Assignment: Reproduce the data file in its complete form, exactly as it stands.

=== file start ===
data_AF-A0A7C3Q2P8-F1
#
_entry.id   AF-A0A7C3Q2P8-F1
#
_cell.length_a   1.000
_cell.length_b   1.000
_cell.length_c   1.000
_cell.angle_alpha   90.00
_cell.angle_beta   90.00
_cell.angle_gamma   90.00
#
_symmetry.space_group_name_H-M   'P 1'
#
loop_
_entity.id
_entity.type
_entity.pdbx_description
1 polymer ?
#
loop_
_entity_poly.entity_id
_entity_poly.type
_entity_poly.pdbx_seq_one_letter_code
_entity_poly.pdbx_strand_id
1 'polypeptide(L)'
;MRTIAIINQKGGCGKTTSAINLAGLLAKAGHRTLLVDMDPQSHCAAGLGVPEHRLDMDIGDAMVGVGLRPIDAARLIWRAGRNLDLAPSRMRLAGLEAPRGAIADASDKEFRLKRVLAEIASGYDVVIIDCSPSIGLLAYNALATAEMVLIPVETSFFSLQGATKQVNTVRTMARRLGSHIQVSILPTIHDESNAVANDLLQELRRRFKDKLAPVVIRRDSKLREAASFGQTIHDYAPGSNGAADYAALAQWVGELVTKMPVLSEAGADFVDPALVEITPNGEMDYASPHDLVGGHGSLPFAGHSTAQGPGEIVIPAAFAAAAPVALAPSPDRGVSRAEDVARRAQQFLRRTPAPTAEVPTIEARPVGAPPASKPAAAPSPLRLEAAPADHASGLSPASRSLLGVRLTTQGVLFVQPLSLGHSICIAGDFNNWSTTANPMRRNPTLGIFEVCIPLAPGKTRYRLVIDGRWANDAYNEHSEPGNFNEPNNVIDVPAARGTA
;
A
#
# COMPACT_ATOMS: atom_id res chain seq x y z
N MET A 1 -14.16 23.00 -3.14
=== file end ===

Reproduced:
data_AF-A0A7C3Q2P8-F1
#
_entry.id   AF-A0A7C3Q2P8-F1
#
_cell.length_a   1.000
_cell.length_b   1.000
_cell.length_c   1.000
_cell.angle_alpha   90.00
_cell.angle_beta   90.00
_cell.angle_gamma   90.00
#
_symmetry.space_group_name_H-M   'P 1'
#
loop_
_entity.id
_entity.type
_entity.pdbx_description
1 polymer ?
#
loop_
_entity_poly.entity_id
_entity_poly.type
_entity_poly.pdbx_seq_one_letter_code
_entity_poly.pdbx_strand_id
1 'polypeptide(L)'
;MRTIAIINQKGGCGKTTSAINLAGLLAKAGHRTLLVDMDPQSHCAAGLGVPEHRLDMDIGDAMVGVGLRPIDAARLIWRAGRNLDLAPSRMRLAGLEAPRGAIADASDKEFRLKRVLAEIASGYDVVIIDCSPSIGLLAYNALATAEMVLIPVETSFFSLQGATKQVNTVRTMARRLGSHIQVSILPTIHDESNAVANDLLQELRRRFKDKLAPVVIRRDSKLREAASFGQTIHDYAPGSNGAADYAALAQWVGELVTKMPVLSEAGADFVDPALVEITPNGEMDYASPHDLVGGHGSLPFAGHSTAQGPGEIVIPAAFAAAAPVALAPSPDRGVSRAEDVARRAQQFLRRTPAPTAEVPTIEARPVGAPPASKPAAAPSPLRLEAAPADHASGLSPASRSLLGVRLTTQGVLFVQPLSLGHSICIAGDFNNWSTTANPMRRNPTLGIFEVCIPLAPGKTRYRLVIDGRWANDAYNEHSEPGNFNEPNNVIDVPAARGTA
;
A
#
# COMPACT_ATOMS: atom_id res chain seq x y z
N MET A 1 -14.16 23.00 -3.14